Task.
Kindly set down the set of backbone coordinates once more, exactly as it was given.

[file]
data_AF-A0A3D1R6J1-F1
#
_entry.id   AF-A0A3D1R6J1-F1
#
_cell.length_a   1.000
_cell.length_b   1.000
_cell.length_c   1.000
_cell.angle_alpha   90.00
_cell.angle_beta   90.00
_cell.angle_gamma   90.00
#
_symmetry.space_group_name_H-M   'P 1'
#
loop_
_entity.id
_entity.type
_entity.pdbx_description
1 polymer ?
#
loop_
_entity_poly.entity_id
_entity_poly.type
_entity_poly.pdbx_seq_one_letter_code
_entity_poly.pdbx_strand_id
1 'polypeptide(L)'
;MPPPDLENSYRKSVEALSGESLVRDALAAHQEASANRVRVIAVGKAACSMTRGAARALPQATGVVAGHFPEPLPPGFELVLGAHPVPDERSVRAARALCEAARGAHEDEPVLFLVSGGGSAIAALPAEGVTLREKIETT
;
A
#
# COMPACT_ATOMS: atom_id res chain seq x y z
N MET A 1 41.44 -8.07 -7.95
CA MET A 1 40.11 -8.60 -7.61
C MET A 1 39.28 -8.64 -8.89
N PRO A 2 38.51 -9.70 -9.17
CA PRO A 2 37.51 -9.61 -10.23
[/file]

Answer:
data_AF-A0A3D1R6J1-F1
#
_entry.id   AF-A0A3D1R6J1-F1
#
_cell.length_a   1.000
_cell.length_b   1.000
_cell.length_c   1.000
_cell.angle_alpha   90.00
_cell.angle_beta   90.00
_cell.angle_gamma   90.00
#
_symmetry.space_group_name_H-M   'P 1'
#
loop_
_entity.id
_entity.type
_entity.pdbx_description
1 polymer ?
#
loop_
_entity_poly.entity_id
_entity_poly.type
_entity_poly.pdbx_seq_one_letter_code
_entity_poly.pdbx_strand_id
1 'polypeptide(L)'
;MPPPDLENSYRKSVEALSGESLVRDALAAHQEASANRVRVIAVGKAACSMTRGAARALPQATGVVAGHFPEPLPPGFELVLGAHPVPDERSVRAARALCEAARGAHEDEPVLFLVSGGGSAIAALPAEGVTLREKIETT
;
A
#
# COMPACT_ATOMS: atom_id res chain seq x y z
N MET A 1 41.44 -8.07 -7.95
CA MET A 1 40.11 -8.60 -7.61
C MET A 1 39.28 -8.64 -8.89
N PRO A 2 38.51 -9.70 -9.17
CA PRO A 2 37.51 -9.61 -10.23